Tid: Onsdag 13 maj 2015, kl. 15:00–17:00
Plats: C389, Södra huset, Frescati

Postseminarium följer direkt efter seminariet i institutionens pentry.

Abstract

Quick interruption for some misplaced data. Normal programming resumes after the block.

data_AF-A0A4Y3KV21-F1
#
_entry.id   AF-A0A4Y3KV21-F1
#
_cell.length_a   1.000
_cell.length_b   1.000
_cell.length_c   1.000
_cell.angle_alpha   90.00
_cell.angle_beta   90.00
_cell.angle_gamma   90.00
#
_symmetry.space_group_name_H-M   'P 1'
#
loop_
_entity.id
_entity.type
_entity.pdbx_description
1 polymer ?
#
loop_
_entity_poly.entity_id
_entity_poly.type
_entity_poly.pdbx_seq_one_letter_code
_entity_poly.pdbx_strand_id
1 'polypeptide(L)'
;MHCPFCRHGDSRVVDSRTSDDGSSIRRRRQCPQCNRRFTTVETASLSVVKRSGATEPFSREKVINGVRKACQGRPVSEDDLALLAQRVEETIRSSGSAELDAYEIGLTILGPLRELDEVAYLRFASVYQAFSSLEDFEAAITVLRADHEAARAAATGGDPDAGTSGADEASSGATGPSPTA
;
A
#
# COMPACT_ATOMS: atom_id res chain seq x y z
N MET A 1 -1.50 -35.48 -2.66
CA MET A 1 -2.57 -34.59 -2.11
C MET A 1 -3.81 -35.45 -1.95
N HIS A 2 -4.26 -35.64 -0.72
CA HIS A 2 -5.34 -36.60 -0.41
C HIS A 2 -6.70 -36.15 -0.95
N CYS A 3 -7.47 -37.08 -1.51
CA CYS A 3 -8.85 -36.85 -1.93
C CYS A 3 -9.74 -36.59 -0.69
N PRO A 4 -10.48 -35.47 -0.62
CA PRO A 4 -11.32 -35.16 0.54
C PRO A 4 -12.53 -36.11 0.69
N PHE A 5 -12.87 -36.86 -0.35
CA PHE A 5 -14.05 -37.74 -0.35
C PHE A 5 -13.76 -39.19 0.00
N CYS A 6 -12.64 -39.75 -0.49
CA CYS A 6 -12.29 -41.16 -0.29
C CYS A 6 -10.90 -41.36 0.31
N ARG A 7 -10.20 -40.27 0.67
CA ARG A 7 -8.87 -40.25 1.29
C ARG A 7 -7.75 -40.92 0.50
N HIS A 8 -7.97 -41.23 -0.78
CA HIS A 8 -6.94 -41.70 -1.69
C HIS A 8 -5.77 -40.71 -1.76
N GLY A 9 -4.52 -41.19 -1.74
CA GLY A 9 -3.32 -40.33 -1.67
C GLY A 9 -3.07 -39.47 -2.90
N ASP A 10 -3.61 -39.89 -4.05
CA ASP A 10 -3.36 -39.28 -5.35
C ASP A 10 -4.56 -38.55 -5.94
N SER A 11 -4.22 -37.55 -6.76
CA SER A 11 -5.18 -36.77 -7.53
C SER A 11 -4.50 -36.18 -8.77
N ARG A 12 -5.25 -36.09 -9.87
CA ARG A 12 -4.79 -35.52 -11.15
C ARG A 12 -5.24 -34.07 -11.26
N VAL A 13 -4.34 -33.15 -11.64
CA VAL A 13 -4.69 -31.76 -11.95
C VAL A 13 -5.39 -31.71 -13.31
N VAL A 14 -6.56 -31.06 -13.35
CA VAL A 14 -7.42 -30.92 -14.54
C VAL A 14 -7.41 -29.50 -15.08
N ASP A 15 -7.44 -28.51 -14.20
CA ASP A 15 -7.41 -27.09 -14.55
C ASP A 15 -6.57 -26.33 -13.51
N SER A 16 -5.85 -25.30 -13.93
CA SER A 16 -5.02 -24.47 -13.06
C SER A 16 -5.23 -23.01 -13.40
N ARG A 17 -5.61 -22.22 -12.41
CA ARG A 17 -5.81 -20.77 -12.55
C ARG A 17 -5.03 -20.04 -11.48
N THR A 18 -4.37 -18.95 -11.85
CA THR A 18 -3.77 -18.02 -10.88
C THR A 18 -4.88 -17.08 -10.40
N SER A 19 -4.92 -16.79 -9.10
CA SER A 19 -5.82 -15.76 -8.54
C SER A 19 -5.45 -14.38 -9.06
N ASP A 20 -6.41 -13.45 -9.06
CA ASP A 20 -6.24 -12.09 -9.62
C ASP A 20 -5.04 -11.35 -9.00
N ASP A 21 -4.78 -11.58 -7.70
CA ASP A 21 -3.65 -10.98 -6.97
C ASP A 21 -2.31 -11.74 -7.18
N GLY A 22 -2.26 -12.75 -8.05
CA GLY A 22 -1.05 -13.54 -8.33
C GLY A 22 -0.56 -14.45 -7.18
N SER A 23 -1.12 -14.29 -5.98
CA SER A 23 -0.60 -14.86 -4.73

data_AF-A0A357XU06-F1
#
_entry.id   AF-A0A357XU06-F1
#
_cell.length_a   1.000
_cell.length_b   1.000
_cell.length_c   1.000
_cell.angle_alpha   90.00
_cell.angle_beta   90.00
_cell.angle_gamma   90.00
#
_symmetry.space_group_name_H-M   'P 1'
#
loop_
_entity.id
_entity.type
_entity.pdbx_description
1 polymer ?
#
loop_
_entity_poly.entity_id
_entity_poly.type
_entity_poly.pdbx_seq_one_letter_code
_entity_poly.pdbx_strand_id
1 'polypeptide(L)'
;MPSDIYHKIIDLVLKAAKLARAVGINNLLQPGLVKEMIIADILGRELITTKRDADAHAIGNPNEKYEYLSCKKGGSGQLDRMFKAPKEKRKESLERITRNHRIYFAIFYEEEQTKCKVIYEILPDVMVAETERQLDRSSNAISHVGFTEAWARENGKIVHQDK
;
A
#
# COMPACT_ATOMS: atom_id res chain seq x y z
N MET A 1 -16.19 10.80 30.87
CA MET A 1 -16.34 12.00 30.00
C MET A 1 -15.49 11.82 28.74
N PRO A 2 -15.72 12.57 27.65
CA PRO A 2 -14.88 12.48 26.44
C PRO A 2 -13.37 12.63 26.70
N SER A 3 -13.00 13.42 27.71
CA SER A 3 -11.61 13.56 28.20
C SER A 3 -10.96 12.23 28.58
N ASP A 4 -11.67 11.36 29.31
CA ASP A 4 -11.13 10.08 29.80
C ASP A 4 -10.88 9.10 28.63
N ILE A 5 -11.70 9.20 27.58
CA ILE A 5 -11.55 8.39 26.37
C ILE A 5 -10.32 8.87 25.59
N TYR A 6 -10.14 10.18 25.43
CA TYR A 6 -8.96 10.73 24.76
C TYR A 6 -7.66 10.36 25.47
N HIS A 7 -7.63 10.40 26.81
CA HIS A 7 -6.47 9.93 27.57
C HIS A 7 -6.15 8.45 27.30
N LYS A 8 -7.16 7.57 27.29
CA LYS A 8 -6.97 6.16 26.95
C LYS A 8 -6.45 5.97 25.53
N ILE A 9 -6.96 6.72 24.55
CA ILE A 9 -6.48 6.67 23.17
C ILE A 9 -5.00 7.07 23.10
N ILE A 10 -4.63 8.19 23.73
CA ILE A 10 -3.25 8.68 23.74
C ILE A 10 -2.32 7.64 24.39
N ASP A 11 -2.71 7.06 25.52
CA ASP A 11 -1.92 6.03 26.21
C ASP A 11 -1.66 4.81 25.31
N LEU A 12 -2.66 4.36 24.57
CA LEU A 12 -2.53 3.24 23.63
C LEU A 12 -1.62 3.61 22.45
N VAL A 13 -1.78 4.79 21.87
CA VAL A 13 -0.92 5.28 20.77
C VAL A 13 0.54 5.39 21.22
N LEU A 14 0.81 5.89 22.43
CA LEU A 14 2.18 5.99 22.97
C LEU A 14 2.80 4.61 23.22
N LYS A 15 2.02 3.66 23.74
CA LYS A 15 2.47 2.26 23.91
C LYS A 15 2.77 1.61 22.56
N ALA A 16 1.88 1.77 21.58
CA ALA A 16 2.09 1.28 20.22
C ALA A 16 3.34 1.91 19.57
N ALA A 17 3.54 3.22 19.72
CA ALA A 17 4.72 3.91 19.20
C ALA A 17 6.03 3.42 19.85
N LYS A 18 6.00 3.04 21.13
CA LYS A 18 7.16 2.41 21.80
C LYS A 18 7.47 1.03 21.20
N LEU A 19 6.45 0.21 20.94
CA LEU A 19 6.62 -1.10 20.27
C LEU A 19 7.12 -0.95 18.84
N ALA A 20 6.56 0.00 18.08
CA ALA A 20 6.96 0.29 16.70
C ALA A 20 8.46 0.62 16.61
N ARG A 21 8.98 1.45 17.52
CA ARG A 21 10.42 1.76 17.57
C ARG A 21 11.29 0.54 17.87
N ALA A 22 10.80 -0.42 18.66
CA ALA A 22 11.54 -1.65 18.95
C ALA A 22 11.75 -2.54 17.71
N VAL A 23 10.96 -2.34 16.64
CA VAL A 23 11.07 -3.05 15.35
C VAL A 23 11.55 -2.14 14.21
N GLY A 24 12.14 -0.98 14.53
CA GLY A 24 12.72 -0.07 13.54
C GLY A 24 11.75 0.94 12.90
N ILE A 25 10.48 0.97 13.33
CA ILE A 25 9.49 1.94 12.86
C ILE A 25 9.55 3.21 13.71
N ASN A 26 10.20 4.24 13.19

On the traditional view, coordination between speech and breathing consists in language production requirements being the overriding factor shaping the observed respiratory patterns. Thus, for instance, utterances are claimed to be preceded by inhalations whose depth is proportional to duration and syntactic complexity of the following stretch of speech. In this talk, we propose to look at this problem from a different angle. Namely, instead of studying adaptations of breathing to speech production needs as a one-way execution pathway, we investigate to what extent speech production itself takes advantage of the momentary respiratory state. We focus on short feedback expressions, such as 'mhm', which are pervasive in spontaneous conversation but due to their limited duration and loudness have minimal respiratory requirements. The findings are taken to indicate the economy principle in speech production, whereby within the limits of their communicative goals (e.g. producing feedback) speakers adapt their behaviour in such a way that respiratory effort (i.e. the need for a new respiratory cycle) is minimised. Consequently, communicative needs, respiratory constraints and momentary lung volume jointly shape the coordinative respiratory patterns.

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